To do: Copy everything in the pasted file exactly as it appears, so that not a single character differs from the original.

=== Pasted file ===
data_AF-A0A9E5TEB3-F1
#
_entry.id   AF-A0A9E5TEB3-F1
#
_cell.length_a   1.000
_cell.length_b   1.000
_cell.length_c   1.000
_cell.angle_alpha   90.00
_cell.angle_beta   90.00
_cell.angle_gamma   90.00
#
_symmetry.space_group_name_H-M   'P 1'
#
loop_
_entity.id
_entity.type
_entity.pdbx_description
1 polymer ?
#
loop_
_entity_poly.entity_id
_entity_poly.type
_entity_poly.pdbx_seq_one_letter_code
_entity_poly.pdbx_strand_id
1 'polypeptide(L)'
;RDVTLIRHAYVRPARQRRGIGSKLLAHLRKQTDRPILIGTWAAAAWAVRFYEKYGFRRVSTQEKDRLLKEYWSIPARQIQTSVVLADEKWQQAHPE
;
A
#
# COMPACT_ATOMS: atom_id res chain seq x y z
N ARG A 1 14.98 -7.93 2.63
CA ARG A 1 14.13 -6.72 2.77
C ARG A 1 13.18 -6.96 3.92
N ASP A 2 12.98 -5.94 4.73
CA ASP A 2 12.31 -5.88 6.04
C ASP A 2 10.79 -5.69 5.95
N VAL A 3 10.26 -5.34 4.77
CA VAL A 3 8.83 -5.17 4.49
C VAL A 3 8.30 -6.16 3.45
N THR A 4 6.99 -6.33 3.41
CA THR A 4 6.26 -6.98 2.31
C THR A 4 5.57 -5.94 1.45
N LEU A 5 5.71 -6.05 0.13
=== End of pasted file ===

data_AF-A0A9E5TEB3-F1
#
_entry.id   AF-A0A9E5TEB3-F1
#
_cell.length_a   1.000
_cell.length_b   1.000
_cell.length_c   1.000
_cell.angle_alpha   90.00
_cell.angle_beta   90.00
_cell.angle_gamma   90.00
#
_symmetry.space_group_name_H-M   'P 1'
#
loop_
_entity.id
_entity.type
_entity.pdbx_description
1 polymer ?
#
loop_
_entity_poly.entity_id
_entity_poly.type
_entity_poly.pdbx_seq_one_letter_code
_entity_poly.pdbx_strand_id
1 'polypeptide(L)'
;RDVTLIRHAYVRPARQRRGIGSKLLAHLRKQTDRPILIGTWAAAAWAVRFYEKYGFRRVSTQEKDRLLKEYWSIPARQIQTSVVLADEKWQQAHPE
;
A
#
# COMPACT_ATOMS: atom_id res chain seq x y z
N ARG A 1 14.98 -7.93 2.63
CA ARG A 1 14.13 -6.72 2.77
C ARG A 1 13.18 -6.96 3.92
N ASP A 2 12.98 -5.94 4.73
CA ASP A 2 12.31 -5.88 6.04
C ASP A 2 10.79 -5.69 5.95
N VAL A 3 10.26 -5.34 4.77
CA VAL A 3 8.83 -5.17 4.49
C VAL A 3 8.30 -6.16 3.45
N THR A 4 6.99 -6.33 3.41
CA THR A 4 6.26 -6.98 2.31
C THR A 4 5.57 -5.94 1.45
N LEU A 5 5.71 -6.05 0.13